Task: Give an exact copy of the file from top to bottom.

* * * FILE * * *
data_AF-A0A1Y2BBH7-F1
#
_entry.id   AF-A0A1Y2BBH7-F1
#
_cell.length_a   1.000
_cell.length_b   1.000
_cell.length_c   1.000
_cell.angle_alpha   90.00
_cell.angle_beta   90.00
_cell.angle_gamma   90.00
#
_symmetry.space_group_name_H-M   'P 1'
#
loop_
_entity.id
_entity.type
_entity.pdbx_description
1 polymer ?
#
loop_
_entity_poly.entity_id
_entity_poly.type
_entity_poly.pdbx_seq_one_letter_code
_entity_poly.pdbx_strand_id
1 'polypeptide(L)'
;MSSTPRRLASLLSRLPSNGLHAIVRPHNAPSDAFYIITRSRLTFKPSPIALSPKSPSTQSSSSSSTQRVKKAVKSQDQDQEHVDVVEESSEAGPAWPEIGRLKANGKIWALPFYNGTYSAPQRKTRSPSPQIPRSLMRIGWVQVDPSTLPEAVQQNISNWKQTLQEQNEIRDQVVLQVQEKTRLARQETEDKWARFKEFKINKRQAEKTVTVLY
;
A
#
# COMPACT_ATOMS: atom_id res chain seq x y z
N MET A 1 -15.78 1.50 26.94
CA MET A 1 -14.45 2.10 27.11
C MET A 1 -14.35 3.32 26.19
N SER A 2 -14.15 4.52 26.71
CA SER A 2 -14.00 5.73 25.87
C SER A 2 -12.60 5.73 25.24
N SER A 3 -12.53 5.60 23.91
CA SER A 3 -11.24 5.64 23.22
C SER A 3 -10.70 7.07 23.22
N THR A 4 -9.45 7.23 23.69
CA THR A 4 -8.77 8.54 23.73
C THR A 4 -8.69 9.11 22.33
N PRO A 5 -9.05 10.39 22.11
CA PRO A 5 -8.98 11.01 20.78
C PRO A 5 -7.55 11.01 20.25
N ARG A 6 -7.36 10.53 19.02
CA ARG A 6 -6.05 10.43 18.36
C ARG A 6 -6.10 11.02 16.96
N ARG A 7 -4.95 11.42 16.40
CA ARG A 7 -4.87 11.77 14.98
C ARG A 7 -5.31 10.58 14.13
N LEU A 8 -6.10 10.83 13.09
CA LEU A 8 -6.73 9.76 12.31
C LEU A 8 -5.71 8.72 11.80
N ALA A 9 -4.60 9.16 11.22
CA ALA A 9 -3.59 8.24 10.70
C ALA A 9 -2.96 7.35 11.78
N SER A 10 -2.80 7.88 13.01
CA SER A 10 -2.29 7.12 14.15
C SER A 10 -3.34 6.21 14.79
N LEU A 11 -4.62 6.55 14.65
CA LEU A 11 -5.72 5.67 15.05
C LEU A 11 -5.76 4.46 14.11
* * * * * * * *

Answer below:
data_AF-A0A1Y2BBH7-F1
#
_entry.id   AF-A0A1Y2BBH7-F1
#
_cell.length_a   1.000
_cell.length_b   1.000
_cell.length_c   1.000
_cell.angle_alpha   90.00
_cell.angle_beta   90.00
_cell.angle_gamma   90.00
#
_symmetry.space_group_name_H-M   'P 1'
#
loop_
_entity.id
_entity.type
_entity.pdbx_description
1 polymer ?
#
loop_
_entity_poly.entity_id
_entity_poly.type
_entity_poly.pdbx_seq_one_letter_code
_entity_poly.pdbx_strand_id
1 'polypeptide(L)'
;MSSTPRRLASLLSRLPSNGLHAIVRPHNAPSDAFYIITRSRLTFKPSPIALSPKSPSTQSSSSSSTQRVKKAVKSQDQDQEHVDVVEESSEAGPAWPEIGRLKANGKIWALPFYNGTYSAPQRKTRSPSPQIPRSLMRIGWVQVDPSTLPEAVQQNISNWKQTLQEQNEIRDQVVLQVQEKTRLARQETEDKWARFKEFKINKRQAEKTVTVLY
;
A
#
# COMPACT_ATOMS: atom_id res chain seq x y z
N MET A 1 -15.78 1.50 26.94
CA MET A 1 -14.45 2.10 27.11
C MET A 1 -14.35 3.32 26.19
N SER A 2 -14.15 4.52 26.71
CA SER A 2 -14.00 5.73 25.87
C SER A 2 -12.60 5.73 25.24
N SER A 3 -12.53 5.60 23.91
CA SER A 3 -11.24 5.64 23.22
C SER A 3 -10.70 7.07 23.22
N THR A 4 -9.45 7.23 23.69
CA THR A 4 -8.77 8.54 23.73
C THR A 4 -8.69 9.11 22.33
N PRO A 5 -9.05 10.39 22.11
CA PRO A 5 -8.98 11.01 20.78
C PRO A 5 -7.55 11.01 20.25
N ARG A 6 -7.36 10.53 19.02
CA ARG A 6 -6.05 10.43 18.36
C ARG A 6 -6.10 11.02 16.96
N ARG A 7 -4.95 11.42 16.40
CA ARG A 7 -4.87 11.77 14.98
C ARG A 7 -5.31 10.58 14.13
N LEU A 8 -6.10 10.83 13.09
CA LEU A 8 -6.73 9.76 12.31
C LEU A 8 -5.71 8.72 11.80
N ALA A 9 -4.60 9.16 11.22
CA ALA A 9 -3.59 8.24 10.70
C ALA A 9 -2.96 7.35 11.78
N SER A 10 -2.80 7.88 13.01
CA SER A 10 -2.29 7.12 14.15
C SER A 10 -3.34 6.21 14.79
N LEU A 11 -4.62 6.55 14.65
CA LEU A 11 -5.72 5.67 15.05
C LEU A 11 -5.76 4.46 14.11